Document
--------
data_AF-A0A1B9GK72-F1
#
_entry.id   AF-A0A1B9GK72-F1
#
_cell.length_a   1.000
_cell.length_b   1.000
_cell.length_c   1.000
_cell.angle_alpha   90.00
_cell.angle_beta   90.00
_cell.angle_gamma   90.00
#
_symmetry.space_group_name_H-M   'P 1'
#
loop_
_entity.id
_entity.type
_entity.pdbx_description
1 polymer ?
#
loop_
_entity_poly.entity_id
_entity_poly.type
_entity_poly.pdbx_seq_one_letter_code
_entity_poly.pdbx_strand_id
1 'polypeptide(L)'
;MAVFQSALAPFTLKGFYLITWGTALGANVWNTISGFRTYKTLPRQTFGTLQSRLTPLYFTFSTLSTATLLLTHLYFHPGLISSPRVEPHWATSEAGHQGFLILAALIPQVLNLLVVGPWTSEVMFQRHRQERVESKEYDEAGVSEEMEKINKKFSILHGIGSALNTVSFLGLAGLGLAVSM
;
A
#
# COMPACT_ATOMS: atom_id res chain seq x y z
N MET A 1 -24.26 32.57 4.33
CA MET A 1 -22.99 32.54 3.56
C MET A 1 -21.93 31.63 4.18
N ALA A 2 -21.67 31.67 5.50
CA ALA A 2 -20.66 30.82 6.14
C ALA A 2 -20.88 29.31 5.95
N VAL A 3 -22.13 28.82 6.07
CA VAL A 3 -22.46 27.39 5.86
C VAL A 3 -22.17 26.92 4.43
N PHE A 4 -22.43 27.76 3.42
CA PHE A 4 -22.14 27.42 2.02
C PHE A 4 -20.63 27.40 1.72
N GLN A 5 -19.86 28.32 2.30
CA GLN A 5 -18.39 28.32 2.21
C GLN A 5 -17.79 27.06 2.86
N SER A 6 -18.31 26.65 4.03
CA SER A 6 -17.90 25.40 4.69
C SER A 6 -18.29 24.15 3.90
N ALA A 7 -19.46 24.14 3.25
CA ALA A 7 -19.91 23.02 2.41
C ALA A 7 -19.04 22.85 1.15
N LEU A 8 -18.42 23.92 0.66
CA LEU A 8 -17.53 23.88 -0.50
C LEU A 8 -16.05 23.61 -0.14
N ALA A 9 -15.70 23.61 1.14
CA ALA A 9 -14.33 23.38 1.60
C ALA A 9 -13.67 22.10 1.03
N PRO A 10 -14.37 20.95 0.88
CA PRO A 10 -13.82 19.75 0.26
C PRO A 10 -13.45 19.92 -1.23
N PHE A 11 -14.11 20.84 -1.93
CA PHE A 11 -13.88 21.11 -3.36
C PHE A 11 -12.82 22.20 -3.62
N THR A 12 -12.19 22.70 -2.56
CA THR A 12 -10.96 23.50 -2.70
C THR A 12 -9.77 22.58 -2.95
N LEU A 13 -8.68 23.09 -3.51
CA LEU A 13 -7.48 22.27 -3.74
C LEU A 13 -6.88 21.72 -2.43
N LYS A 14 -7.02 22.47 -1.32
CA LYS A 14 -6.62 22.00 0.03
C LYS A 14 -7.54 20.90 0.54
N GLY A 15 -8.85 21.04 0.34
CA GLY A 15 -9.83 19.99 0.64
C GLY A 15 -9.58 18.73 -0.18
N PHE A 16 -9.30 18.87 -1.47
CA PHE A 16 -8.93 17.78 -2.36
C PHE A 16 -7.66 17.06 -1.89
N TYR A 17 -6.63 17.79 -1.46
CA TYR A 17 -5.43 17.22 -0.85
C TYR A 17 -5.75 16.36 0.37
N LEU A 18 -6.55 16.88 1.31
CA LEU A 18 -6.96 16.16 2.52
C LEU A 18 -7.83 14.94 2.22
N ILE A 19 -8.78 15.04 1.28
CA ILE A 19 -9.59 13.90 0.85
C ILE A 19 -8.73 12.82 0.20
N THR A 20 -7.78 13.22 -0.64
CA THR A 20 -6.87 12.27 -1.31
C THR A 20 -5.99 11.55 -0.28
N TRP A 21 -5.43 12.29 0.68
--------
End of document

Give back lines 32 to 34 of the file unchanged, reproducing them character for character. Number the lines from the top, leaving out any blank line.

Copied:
CA MET A 1 -22.99 32.54 3.56
C MET A 1 -21.93 31.63 4.18
N ALA A 2 -21.67 31.67 5.50